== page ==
There are four significant differences between these two events. First, the Iditarod has 25 checkpoints that teams have to visit, including start and finish. Teams are carefully tracked from one point to another, and if a team is long delayed, a search is made. The Yukon Quest has only 10 checkpoints, including start, finish, and a mandatory 36 hour rest in Dawson City for dogs and mushers. The longest distance between checkpoints is 200 miles. This means that Yukon Quest teams have to camp overnight in the open without check point support.

Second, Iditarod contestants can use more than one sled and strategize this, usually starting the race with a heavier freight sled, changing midway to a smaller sled, and finishing with a light sprint sled once they reach the coast. Yukon Quest contestants are allowed one sled only, except in unusual circumstances. If a sled is destroyed because of driver or team error or ineptitude, and cannot proceed, they are likely to be penalized for replacing that sled. However, if there's an unexpected act of nature such as a moose or elk destroying the sled, the driver may be allowed a substitute. Either way, if more than one sled is needed on the YQ, there are likely to be penalties at the discretion of the Race Marshall.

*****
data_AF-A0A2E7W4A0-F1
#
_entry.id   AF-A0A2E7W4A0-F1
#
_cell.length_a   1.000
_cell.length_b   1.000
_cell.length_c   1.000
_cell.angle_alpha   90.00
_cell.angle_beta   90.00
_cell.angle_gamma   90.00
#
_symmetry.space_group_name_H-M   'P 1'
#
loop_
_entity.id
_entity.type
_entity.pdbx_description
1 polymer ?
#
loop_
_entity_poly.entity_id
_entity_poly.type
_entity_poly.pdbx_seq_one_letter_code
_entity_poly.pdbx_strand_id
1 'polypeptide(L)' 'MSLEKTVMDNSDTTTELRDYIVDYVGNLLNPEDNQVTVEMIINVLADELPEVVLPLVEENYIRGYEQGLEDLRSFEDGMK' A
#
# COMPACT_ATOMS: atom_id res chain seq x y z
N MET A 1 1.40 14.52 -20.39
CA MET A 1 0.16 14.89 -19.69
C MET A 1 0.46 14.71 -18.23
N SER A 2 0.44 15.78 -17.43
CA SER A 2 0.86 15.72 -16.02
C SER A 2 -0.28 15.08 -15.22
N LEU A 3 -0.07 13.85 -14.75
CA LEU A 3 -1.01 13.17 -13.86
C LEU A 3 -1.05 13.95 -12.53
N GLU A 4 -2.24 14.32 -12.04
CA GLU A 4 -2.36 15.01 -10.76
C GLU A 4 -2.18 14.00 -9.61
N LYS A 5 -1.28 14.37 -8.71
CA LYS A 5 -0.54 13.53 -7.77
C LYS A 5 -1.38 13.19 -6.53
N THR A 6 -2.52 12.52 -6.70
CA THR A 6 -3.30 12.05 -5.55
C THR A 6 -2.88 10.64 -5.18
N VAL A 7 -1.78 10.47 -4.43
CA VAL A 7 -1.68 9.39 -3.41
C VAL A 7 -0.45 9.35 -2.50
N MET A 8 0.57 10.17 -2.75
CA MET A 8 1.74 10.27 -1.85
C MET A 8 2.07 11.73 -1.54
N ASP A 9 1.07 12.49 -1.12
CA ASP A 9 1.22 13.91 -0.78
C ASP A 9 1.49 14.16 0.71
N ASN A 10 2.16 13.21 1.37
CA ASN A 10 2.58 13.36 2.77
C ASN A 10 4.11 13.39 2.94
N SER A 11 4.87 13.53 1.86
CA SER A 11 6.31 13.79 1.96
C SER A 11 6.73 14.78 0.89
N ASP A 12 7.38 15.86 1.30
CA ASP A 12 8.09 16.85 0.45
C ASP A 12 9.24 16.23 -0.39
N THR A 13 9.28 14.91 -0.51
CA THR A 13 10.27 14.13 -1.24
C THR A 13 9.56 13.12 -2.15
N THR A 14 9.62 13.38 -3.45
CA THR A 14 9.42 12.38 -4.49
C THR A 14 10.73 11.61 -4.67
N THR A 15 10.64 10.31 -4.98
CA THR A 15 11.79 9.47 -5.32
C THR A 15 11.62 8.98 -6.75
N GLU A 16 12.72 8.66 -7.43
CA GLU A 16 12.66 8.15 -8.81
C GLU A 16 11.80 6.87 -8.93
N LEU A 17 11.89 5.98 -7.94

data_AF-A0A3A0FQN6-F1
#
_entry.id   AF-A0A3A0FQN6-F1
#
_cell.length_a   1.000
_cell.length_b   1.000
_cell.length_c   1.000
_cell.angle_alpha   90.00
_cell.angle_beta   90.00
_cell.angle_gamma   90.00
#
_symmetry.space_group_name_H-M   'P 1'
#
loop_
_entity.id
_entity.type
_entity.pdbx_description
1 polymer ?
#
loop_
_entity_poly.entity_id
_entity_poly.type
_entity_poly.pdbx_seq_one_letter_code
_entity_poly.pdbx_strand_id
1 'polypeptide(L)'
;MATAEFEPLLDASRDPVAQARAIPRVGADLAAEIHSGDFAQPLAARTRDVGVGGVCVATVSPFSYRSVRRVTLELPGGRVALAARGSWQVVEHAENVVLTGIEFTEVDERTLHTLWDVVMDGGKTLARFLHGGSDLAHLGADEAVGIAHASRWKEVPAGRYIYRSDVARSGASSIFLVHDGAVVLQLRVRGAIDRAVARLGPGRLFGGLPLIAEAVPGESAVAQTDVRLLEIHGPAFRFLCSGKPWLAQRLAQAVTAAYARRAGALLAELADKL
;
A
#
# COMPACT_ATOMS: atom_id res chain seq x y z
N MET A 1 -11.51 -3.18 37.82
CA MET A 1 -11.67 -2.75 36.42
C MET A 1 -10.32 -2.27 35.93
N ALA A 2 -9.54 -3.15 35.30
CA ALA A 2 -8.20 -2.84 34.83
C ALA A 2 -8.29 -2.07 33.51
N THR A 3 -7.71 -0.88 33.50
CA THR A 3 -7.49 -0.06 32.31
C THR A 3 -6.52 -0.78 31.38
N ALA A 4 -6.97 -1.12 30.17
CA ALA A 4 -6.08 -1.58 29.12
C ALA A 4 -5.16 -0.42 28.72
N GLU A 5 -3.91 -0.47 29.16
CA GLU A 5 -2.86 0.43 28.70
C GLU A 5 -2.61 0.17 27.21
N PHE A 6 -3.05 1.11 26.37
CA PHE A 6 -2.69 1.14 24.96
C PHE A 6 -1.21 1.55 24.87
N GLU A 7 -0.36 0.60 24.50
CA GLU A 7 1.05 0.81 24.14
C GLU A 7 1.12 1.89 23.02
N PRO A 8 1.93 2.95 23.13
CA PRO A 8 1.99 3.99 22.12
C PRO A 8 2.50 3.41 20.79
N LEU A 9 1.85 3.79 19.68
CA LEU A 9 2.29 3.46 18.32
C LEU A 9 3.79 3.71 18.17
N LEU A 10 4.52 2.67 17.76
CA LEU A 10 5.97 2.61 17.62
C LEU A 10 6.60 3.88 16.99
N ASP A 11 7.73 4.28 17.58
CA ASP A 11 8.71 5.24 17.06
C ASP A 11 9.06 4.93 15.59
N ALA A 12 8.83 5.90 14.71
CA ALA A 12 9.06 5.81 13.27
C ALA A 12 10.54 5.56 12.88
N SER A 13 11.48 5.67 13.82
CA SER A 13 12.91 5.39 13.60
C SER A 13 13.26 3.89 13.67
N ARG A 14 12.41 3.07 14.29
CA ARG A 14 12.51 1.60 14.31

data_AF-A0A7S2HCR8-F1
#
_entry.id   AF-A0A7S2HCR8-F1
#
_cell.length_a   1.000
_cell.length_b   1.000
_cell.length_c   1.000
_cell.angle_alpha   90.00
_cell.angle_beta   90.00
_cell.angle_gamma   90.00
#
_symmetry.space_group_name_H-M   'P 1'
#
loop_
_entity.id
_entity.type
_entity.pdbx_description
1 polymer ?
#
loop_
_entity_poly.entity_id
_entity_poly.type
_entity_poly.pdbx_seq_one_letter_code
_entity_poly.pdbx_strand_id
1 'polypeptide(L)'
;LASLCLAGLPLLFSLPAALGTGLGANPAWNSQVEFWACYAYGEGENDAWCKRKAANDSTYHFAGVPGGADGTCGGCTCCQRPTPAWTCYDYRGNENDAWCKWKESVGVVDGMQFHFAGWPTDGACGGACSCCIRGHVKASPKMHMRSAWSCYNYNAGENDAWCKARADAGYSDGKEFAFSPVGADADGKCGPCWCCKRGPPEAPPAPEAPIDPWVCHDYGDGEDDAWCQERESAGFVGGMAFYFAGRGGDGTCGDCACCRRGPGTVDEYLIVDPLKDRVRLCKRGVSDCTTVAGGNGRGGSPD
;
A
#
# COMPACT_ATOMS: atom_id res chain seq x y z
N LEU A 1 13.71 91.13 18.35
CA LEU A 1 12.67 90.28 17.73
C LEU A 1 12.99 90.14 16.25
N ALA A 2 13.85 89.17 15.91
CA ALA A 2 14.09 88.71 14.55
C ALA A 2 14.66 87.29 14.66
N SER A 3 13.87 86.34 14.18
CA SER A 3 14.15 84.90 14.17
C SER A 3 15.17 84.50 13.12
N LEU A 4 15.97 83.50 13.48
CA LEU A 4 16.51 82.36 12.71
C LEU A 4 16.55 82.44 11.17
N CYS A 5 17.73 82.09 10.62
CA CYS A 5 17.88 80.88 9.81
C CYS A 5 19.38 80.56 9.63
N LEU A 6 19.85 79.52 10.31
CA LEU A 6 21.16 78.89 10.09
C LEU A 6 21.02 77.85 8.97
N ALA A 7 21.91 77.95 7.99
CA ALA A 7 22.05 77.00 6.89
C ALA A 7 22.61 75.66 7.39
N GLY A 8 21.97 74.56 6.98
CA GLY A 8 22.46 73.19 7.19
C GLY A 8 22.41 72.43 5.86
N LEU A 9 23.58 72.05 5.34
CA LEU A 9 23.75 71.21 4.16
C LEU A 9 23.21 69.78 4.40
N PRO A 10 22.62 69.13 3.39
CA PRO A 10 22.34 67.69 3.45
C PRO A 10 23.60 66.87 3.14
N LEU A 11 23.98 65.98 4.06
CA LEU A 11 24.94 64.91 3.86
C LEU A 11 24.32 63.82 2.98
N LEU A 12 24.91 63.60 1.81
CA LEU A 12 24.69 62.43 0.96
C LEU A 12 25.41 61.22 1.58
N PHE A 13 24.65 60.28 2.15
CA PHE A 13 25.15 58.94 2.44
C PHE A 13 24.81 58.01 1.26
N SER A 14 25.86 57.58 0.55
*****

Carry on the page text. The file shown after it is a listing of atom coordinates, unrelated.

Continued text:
In both races, equipment beyond what's in the starting sleds must be left ahead of time by mushers at established race checkpoints for their own use as needed. YQ sleds typically carry heavier loads than those on the Iditarod. YQ mushers have to do it all themselves with no outside help, except at the Dawson City mandatory 36 hour rest. Thus, YQ mushers carry all needed equipment with them on their sled, food and supplies, at all times. They are not allowed to replace their sleds or accept any help, except at this half way point of the race, at the home of the Klondike Gold Rush, well known for its hospitality and support of mushers. The dogs are well cared for here too, including individual massages.

The Iditarod crosses two mountain ranges, while the Yukon Quest crosses four mountain ranges, with topography and weather more challenging than on the Iditarod.

Both races are open to men and women who compete as equals.The first woman to enter and finish the Iditarod was Mary Shields, who still mushes her dogs, for the joy of it, but no longer competes. She broke through the "ice" ceiling of the sport -- encouraging women to compete, and win. (More about this remarkable woman in another story, and the enjoyable evening spent with her and her dogs on the outskirts of Fairbanks in her hand made log home.) Since then, women have competed and won, repeatedly, including Libby Riddles and Susan Butcher. The only woman to win the Yukon Quest was Aliy Zirkle, in 2000.